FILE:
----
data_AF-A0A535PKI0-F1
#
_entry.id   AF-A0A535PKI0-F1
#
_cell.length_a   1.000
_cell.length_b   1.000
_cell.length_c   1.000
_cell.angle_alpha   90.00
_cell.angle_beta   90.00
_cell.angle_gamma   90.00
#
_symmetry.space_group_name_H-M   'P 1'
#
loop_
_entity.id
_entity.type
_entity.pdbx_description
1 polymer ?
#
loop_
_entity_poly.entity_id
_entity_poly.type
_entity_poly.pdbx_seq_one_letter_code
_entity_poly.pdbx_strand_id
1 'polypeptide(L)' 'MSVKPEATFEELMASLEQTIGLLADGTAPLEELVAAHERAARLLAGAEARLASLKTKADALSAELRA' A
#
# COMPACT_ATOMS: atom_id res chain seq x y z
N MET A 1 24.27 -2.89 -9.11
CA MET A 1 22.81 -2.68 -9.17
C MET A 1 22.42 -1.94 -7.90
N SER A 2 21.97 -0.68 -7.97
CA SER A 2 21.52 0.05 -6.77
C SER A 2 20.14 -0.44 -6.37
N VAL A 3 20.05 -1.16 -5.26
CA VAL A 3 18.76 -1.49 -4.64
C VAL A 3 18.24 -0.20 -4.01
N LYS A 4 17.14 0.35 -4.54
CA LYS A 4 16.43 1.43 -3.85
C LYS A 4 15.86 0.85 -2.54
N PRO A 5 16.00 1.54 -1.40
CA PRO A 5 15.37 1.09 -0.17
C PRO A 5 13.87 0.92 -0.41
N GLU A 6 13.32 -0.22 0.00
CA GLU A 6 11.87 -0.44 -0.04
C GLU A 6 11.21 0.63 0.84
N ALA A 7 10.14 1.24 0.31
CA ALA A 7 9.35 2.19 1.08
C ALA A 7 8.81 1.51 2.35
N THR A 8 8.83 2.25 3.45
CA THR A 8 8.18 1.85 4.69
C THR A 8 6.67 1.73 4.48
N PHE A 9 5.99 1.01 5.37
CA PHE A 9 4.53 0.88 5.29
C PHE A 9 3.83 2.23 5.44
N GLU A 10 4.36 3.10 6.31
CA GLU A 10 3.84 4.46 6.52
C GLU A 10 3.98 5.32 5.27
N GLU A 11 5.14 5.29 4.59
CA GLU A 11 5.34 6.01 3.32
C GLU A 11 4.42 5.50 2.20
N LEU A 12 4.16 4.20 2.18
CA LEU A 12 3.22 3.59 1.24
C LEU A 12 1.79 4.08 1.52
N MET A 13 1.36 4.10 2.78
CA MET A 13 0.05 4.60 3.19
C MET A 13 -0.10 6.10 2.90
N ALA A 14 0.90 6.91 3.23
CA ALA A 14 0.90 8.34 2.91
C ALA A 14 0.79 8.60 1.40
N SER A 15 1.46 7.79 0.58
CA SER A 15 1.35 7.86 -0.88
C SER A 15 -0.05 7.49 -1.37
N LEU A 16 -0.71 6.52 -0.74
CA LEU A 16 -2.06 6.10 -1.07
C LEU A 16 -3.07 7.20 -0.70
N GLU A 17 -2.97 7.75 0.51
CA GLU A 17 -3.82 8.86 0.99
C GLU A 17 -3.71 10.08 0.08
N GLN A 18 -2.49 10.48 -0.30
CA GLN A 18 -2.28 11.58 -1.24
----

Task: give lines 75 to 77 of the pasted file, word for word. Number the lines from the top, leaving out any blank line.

C LEU A 16 -3.07 7.20 -0.70
N GLU A 17 -2.97 7.75 0.51
CA GLU A 17 -3.82 8.86 0.99